Nostradamus really liked to predict the end of the world. In fact, it doesn't seem like he did much else. So when analyzing the myriad threats to Earth and/or humanity--earthquakes, nuclear meltdowns, Justin Bieber riots, etc ...--Ol' Nosy seems like the most appropriate barometer. Boise Weekly took a list of potential apocalypses and ranked them from 0-10 Nostradamus units, for how likely they are to be "the one."
Two Nostradamus Units
Quantifying the risk of an alien invasion is a double-edged sword. On one hand, physicists estimate that with current technology, the fuel it would take to reach the closest star would require more matter than exists in the universe, making an invasion unlikely. But on the other hand, that means any aliens that would be able to make it to Earth would have vastly superior technology, and, in general, meetings of civilizations with differing levels of technology result in the destruction of the one that's less advanced. As Stephen Hawking warned in the Discovery Channel series Universe: "If aliens ever visit us, I think the outcome would be much as when Christopher Columbus first landed in America, which didn't turn out very well for the Native Americans."
Hawking also theorized that the motivations of visiting aliens would likely be to plunder natural resources or to colonize our planet. So while it's extremely unlikely that aliens will invade, if they do, we don't stand a chance.
Seven Nostradamus Units
The threat of natural disasters is tricky to rank. On their own, they carry the potential to wipe a region off the map, but when paired with technology and a globalized society, things become much more complicated. A devastating tsunami in Japan became a far bigger disaster because it hit a nuclear power plant. The right disaster in the right place can knock out supply lines or trigger a chain reaction of corresponding disasters and refugee overloads.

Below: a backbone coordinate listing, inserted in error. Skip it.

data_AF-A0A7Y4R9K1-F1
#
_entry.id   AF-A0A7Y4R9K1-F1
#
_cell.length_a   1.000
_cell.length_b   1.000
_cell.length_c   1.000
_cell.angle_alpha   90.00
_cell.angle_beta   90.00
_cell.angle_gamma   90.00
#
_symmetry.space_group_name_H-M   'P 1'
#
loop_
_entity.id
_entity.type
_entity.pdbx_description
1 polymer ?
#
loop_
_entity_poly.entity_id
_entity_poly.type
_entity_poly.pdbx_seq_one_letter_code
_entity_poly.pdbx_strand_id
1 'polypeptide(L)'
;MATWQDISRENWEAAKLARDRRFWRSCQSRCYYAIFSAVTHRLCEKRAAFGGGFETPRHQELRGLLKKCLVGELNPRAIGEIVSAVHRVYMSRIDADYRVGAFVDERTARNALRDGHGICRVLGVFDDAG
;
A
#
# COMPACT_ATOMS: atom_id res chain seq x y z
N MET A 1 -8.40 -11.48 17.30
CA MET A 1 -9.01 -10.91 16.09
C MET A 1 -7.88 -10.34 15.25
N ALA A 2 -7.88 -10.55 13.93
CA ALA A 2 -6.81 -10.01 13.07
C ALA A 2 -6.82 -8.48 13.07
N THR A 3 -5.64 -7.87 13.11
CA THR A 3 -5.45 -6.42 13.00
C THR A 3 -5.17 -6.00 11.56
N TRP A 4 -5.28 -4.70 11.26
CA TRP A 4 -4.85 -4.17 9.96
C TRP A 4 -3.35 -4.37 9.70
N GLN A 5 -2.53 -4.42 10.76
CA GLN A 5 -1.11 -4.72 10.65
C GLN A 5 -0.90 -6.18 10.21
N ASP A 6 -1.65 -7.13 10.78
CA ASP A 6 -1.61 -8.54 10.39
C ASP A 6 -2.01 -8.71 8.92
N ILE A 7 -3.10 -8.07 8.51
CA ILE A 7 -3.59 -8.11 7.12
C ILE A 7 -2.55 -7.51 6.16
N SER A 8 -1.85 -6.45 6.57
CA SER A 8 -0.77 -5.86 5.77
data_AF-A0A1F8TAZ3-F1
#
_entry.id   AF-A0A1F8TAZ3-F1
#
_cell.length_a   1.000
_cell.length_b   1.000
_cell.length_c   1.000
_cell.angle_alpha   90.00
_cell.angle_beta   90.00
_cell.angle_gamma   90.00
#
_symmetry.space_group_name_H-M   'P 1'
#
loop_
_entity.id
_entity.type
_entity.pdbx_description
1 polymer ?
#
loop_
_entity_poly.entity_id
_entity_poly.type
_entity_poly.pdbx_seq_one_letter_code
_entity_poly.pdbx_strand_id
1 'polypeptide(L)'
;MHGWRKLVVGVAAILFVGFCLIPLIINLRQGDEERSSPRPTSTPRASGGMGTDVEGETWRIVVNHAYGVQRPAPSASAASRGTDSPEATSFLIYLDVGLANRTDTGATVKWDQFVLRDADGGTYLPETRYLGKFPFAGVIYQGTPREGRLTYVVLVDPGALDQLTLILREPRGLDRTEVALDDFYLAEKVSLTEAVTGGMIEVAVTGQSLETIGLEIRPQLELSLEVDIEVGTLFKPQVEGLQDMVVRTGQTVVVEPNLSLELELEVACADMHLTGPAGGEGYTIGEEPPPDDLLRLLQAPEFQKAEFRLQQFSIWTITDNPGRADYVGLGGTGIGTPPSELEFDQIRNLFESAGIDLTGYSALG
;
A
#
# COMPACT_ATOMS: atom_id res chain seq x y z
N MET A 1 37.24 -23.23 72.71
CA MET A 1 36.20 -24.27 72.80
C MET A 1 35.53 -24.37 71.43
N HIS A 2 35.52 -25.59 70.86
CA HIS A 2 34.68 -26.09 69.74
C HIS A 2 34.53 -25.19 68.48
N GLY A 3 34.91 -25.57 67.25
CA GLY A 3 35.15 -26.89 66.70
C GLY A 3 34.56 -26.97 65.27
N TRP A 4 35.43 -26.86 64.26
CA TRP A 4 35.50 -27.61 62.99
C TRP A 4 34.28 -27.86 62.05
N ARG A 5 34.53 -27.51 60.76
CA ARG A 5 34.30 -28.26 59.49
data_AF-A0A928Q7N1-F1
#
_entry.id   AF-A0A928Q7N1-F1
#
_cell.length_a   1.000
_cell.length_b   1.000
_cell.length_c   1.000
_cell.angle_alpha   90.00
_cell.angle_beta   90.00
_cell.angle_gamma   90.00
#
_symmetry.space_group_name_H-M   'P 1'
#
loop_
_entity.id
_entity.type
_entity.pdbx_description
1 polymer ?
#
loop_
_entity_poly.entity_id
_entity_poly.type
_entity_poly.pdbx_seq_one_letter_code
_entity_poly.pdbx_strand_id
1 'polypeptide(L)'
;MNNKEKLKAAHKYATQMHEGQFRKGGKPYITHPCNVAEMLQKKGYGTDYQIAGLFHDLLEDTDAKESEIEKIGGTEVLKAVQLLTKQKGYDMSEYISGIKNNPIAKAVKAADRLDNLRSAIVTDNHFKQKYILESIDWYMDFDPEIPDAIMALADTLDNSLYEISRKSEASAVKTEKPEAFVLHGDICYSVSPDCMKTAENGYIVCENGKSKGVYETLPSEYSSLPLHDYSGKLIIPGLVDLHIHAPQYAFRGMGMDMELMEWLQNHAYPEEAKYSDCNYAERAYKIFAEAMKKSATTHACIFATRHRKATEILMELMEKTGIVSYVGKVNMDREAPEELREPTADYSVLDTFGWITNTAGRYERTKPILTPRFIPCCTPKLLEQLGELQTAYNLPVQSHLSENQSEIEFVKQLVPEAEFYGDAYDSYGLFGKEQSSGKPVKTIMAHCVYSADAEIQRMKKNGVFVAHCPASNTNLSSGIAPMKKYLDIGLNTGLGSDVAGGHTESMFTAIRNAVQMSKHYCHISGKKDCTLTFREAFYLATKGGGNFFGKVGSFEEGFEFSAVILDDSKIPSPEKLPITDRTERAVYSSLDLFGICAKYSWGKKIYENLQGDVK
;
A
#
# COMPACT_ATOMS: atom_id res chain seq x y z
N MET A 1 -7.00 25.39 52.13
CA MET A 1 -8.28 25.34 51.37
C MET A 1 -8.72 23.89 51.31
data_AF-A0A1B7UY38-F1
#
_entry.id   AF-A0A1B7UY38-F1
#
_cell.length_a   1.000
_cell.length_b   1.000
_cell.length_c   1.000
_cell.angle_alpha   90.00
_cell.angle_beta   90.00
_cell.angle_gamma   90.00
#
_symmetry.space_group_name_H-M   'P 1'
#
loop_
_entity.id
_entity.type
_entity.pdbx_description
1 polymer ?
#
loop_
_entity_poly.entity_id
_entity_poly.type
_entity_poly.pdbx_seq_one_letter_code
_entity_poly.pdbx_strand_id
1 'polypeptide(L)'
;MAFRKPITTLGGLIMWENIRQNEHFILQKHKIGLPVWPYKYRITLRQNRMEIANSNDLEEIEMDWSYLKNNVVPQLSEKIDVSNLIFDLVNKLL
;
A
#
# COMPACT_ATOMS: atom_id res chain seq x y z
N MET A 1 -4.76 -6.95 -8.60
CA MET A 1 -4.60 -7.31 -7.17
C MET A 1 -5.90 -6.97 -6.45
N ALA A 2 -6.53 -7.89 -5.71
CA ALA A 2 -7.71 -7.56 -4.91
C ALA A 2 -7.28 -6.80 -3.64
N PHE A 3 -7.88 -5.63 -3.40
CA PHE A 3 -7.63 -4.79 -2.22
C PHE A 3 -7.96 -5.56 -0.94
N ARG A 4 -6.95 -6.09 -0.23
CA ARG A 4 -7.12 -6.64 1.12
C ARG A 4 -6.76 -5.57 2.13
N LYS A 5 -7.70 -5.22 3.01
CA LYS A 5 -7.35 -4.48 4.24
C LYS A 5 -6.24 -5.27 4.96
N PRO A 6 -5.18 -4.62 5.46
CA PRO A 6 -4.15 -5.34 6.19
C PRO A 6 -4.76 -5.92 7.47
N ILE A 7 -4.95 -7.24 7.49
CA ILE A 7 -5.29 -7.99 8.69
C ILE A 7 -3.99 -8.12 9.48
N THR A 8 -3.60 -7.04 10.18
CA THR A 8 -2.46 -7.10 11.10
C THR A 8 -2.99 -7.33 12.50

For example: Lake Sarez in Tajikistan is a time bomb. Formed after a rockslide created a natural dam high in the mountains, the already massive lake grows larger every year from glacial melt and will someday inevitably burst, unleashing an inland tsunami 800 feet high that will kill everything in its path and likely destroy most of the farmland in Central Asia.
Then there's Yellowstone National Park. A potential eruption of the supervolcano under the park is estimated to be 1,000 times more powerful than the Mt. Saint Helens eruption in 1980 and would likely render two-thirds of the United States too toxic to inhabit. Which two-thirds? The breadbasket, of course. A world already strapped for resources couldn't absorb a disaster like that without massive casualties from starvation.
Five Nostradamus Units
Research published in May identified approximately 47,000 "potentially hazardous asteroids" in our solar system. That means 47,000 space rocks with diameters larger than 330 feet that could rain hell from the sky with force far exceeding the total combined power of the world's nuclear arsenal, leveling cities, darkening skies and delivering humanity the same fate as the dinosaurs. But that isn't the scary part.
Unlike any other species in Earth's history, humans have the technological capacity to do something about it, yet are choosing not to. NASA--the world's most advanced space program and research facility--has had its budget consistently cut to the point where former astronaut Edward Tsang Lu has taken to raising several hundred million dollars independently for a satellite space telescope dedicated to spotting dangerous space rocks.
Earth is hit by an average of 1,500 space rocks per year. All it would take to finish us off is for one of them to be a little bigger.